Many employees find their workdays not going as planned. They begin their day with a packed agenda, only to become easily distracted. Rather than focusing on important projects, they direct more of their attention to low-priority tasks. Time management becomes hard, and procrastination starts to seep in, leaving them completely overwhelmed.
Unfortunately, this is very common. Only 12% of employees contribute six to eight workday hours to actual work tasks. Additionally, only 53% of employees' time working is spent on priority tasks, while the rest is spent procrastinating on less essential duties.
There isn't one clear answer on how to improve employee productivity. However, employees can leverage multiple techniques to help them stay focused and complete priority tasks on time – without delay and stress.
In this blog, we lay out the five best productivity hacks.
People have a limited amount of cognitive bandwidth – meaning the amount of thoughts our minds can hold at any given time. But, as professionals, we often convince ourselves that our brains have more capacity than they do. While this sounds convenient, it's not palpable.
Juggling too many tasks – simultaneously – sets workers up to fail. When employees concentrate on more than one activity at a time, they tend to use most of their time transitioning between tasks. This can result in most tasks remaining incomplete. And the tasks that get done are more than likely completed at a lower quality.
Multitasking can also hinder creativity. Our best innovative thinking arises when we allow our brains the space and time to follow a path of related thoughts and ideas. When employees give their brains this ability, they can better participate in projects – with more originality and fewer errors.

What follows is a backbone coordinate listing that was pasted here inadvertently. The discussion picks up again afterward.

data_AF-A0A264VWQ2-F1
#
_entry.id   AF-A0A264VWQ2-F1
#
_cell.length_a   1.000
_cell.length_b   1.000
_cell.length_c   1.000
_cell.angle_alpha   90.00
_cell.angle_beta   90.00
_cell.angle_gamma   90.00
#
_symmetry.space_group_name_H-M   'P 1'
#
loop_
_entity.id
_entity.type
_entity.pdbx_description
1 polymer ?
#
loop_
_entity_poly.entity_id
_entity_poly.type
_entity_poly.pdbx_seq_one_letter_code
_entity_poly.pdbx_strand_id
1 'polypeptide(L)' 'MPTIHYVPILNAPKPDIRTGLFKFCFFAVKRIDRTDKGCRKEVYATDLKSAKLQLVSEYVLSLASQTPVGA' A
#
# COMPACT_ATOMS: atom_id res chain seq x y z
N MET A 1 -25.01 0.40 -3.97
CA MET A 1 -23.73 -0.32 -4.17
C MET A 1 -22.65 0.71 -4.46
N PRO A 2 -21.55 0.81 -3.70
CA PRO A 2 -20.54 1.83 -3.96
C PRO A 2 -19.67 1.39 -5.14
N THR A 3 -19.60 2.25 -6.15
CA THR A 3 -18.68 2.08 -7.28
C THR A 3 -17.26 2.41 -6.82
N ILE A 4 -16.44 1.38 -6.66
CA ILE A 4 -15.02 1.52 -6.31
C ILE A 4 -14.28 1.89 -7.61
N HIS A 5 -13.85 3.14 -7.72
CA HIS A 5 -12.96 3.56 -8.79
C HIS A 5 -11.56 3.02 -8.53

Focusing on one task at a time increases workplace productivity because it allows workers to set a single objective rather than many. But ultimately, an employee's ability to get work done depends on how well they can focus on a single task at a time, whether that is for 15 minutes or two hours.
Distractions are all around us, from friendly co-workers, background noise, cell phones, and – dare we say – social media.
Now that social media is more incorporated into marketing models; it's harder to get away from. In a matter of minutes, workers go from using it for business purposes to scrolling mindlessly. The average employee spends 12% of their working hours using unproductive social media applications. Therefore, employees must implement steps to limit their social media use. Whether this is putting their cell phone on do not disturb, managing their social media screen time, or muting notifications – it's necessary.
That said, social media notifications aren't the only noise-related distraction. Background sounds are inevitable for all employees, whether in-office, hybrid, or remote. Noise-canceling headphones can help with blocking this out. They can also be a polite – but silent – way of letting co-workers or family members know it's time to focus. Employees must set boundaries with those around them that get too chatty.
Employees often avoid taking breaks and choose to power through their work. But in truth, a break is exactly what their brain and body need. Employee burnout is very prevalent today, especially in hybrid and remote workers. Small breaks prevent overall fatigue and, as a result, help increase employee productivity.